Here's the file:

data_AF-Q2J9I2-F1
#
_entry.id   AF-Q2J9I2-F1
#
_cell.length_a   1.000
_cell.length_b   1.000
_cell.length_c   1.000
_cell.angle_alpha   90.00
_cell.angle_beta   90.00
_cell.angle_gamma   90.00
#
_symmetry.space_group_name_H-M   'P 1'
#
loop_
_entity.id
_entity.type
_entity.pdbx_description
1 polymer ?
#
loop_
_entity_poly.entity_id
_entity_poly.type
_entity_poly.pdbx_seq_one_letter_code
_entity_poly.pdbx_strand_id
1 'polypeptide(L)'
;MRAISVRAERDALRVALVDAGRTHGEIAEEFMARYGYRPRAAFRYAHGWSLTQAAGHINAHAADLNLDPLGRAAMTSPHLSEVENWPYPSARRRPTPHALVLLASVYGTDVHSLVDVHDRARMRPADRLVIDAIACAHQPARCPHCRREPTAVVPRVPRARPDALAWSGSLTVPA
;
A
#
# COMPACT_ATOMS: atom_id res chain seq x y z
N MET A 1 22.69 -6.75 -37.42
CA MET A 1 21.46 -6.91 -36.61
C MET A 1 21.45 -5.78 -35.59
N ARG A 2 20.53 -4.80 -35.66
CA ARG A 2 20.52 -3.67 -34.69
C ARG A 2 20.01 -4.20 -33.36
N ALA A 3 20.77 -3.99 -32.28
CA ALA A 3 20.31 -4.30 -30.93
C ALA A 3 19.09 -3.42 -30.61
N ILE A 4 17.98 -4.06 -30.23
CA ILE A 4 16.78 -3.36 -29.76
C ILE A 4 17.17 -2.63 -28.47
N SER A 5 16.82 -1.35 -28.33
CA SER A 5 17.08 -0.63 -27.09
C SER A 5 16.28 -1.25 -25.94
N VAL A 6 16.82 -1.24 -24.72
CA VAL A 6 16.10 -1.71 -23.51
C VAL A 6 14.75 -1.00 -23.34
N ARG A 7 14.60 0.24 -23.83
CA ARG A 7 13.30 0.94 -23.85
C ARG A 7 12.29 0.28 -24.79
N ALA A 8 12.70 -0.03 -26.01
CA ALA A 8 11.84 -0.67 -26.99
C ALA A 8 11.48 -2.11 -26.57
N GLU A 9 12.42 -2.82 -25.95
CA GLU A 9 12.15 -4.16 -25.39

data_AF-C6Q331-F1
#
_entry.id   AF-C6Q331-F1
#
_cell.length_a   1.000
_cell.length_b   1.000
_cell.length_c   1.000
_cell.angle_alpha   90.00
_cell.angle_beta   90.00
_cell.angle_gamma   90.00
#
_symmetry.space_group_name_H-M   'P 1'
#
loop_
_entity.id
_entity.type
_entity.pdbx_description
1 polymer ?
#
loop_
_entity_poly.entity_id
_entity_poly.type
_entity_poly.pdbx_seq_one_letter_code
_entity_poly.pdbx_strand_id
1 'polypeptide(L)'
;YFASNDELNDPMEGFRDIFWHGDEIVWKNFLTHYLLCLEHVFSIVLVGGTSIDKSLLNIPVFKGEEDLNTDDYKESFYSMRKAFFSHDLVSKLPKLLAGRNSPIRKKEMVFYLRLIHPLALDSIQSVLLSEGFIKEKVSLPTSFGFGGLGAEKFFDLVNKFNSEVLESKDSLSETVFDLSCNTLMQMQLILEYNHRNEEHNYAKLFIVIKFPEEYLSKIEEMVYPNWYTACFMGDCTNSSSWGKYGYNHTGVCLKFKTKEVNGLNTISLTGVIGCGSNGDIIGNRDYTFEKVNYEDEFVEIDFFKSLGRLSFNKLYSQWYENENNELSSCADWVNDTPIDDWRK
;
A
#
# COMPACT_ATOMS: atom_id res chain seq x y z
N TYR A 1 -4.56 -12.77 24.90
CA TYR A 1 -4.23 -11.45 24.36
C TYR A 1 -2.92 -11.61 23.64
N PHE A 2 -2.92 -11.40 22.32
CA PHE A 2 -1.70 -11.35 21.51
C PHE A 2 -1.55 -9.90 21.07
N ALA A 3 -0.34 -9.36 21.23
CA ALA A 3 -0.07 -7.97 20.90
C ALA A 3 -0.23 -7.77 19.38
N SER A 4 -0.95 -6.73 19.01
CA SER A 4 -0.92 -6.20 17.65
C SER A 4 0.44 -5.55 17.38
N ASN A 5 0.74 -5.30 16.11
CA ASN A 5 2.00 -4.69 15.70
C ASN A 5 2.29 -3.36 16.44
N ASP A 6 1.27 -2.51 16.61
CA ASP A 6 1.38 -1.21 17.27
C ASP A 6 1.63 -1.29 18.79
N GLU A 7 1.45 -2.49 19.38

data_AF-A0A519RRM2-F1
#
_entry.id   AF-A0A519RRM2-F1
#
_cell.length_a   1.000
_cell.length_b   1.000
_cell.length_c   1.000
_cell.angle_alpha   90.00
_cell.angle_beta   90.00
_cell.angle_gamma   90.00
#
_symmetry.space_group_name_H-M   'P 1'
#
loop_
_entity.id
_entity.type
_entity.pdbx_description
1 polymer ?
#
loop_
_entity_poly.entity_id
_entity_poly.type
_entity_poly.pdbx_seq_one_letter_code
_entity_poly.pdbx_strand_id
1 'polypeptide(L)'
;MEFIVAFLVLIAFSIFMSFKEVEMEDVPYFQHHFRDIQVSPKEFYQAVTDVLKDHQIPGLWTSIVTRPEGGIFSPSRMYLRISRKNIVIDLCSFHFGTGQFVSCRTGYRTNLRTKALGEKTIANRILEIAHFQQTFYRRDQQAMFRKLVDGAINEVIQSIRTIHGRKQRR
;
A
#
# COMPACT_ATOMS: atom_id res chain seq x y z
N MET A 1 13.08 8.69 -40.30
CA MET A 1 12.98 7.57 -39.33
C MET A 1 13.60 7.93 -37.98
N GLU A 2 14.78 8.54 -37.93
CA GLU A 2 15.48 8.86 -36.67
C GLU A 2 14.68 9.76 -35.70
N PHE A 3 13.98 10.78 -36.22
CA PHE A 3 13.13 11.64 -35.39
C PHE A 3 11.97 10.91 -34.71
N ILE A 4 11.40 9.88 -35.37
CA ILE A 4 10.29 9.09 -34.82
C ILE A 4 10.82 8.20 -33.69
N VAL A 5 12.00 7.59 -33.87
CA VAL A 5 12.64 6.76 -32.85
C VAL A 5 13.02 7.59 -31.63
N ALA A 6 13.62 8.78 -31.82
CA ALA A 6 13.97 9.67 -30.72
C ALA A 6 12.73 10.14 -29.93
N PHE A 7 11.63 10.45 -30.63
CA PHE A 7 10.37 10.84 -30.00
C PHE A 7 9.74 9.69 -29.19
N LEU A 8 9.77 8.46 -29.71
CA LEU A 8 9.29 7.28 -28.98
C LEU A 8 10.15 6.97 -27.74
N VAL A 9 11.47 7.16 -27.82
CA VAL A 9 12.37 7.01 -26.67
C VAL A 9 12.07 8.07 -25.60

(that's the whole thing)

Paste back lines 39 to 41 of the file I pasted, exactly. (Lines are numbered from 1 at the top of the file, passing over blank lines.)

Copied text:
C ALA A 3 19.09 -3.42 -30.61
N ILE A 4 17.98 -4.06 -30.23
CA ILE A 4 16.78 -3.36 -29.76